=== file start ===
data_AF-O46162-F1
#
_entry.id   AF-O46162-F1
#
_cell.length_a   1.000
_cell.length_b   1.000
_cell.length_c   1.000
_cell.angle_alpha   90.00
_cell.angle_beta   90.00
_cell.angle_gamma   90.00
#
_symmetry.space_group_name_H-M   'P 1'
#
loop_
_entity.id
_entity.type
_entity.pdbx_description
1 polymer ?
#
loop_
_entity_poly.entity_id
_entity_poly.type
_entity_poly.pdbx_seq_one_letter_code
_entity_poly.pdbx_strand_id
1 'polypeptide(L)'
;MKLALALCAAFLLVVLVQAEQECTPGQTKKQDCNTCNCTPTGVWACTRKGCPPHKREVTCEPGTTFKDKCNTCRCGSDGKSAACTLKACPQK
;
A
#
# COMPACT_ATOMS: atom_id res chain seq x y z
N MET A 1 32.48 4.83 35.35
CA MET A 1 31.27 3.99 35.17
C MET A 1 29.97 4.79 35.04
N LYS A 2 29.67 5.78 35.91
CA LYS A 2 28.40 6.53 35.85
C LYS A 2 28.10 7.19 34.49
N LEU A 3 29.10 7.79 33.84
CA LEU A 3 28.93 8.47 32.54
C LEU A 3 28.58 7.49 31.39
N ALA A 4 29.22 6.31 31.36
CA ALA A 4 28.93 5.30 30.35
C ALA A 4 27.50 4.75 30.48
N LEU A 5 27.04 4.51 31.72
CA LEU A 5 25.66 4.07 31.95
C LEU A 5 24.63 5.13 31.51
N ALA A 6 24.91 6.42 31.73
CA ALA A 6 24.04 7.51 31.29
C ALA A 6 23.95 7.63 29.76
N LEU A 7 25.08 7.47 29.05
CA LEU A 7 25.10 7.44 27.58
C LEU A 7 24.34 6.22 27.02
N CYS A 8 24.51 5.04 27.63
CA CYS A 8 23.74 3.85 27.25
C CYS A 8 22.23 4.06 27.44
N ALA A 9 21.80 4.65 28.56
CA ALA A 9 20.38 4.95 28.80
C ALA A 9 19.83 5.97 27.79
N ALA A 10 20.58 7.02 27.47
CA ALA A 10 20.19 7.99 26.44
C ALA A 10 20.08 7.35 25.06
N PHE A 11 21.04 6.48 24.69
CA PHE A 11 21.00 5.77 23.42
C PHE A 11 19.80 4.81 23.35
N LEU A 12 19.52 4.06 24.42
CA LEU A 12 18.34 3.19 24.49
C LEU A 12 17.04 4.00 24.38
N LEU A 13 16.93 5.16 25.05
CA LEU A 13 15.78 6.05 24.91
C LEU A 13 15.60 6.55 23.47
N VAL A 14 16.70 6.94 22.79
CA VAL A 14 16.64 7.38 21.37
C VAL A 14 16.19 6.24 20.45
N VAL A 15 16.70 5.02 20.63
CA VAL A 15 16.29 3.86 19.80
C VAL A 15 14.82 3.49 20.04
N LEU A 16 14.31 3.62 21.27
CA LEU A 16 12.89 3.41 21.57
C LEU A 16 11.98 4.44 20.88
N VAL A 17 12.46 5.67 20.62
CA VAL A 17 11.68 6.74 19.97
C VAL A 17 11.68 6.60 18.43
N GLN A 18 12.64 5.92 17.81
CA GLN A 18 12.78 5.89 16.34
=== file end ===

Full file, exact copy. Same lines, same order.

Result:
data_AF-O46162-F1
#
_entry.id   AF-O46162-F1
#
_cell.length_a   1.000
_cell.length_b   1.000
_cell.length_c   1.000
_cell.angle_alpha   90.00
_cell.angle_beta   90.00
_cell.angle_gamma   90.00
#
_symmetry.space_group_name_H-M   'P 1'
#
loop_
_entity.id
_entity.type
_entity.pdbx_description
1 polymer ?
#
loop_
_entity_poly.entity_id
_entity_poly.type
_entity_poly.pdbx_seq_one_letter_code
_entity_poly.pdbx_strand_id
1 'polypeptide(L)'
;MKLALALCAAFLLVVLVQAEQECTPGQTKKQDCNTCNCTPTGVWACTRKGCPPHKREVTCEPGTTFKDKCNTCRCGSDGKSAACTLKACPQK
;
A
#
# COMPACT_ATOMS: atom_id res chain seq x y z
N MET A 1 32.48 4.83 35.35
CA MET A 1 31.27 3.99 35.17
C MET A 1 29.97 4.79 35.04
N LYS A 2 29.67 5.78 35.91
CA LYS A 2 28.40 6.53 35.85
C LYS A 2 28.10 7.19 34.49
N LEU A 3 29.10 7.79 33.84
CA LEU A 3 28.93 8.47 32.54
C LEU A 3 28.58 7.49 31.39
N ALA A 4 29.22 6.31 31.36
CA ALA A 4 28.93 5.30 30.35
C ALA A 4 27.50 4.75 30.48
N LEU A 5 27.04 4.51 31.72
CA LEU A 5 25.66 4.07 31.95
C LEU A 5 24.63 5.13 31.51
N ALA A 6 24.91 6.42 31.73
CA ALA A 6 24.04 7.51 31.29
C ALA A 6 23.95 7.63 29.76
N LEU A 7 25.08 7.47 29.05
CA LEU A 7 25.10 7.44 27.58
C LEU A 7 24.34 6.22 27.02
N CYS A 8 24.51 5.04 27.63
CA CYS A 8 23.74 3.85 27.25
C CYS A 8 22.23 4.06 27.44
N ALA A 9 21.80 4.65 28.56
CA ALA A 9 20.38 4.95 28.80
C ALA A 9 19.83 5.97 27.79
N ALA A 10 20.58 7.02 27.47
CA ALA A 10 20.19 7.99 26.44
C ALA A 10 20.08 7.35 25.06
N PHE A 11 21.04 6.48 24.69
CA PHE A 11 21.00 5.77 23.42
C PHE A 11 19.80 4.81 23.35
N LEU A 12 19.52 4.06 24.42
CA LEU A 12 18.34 3.19 24.49
C LEU A 12 17.04 4.00 24.38
N LEU A 13 16.93 5.16 25.05
CA LEU A 13 15.78 6.05 24.91
C LEU A 13 15.60 6.55 23.47
N VAL A 14 16.70 6.94 22.79
CA VAL A 14 16.64 7.38 21.37
C VAL A 14 16.19 6.24 20.45
N VAL A 15 16.70 5.02 20.63
CA VAL A 15 16.29 3.86 19.80
C VAL A 15 14.82 3.49 20.04
N LEU A 16 14.31 3.62 21.27
CA LEU A 16 12.89 3.41 21.57
C LEU A 16 11.98 4.44 20.88
N VAL A 17 12.46 5.67 20.62
CA VAL A 17 11.68 6.74 19.97
C VAL A 17 11.68 6.60 18.43
N GLN A 18 12.64 5.92 17.81
CA GLN A 18 12.78 5.89 16.34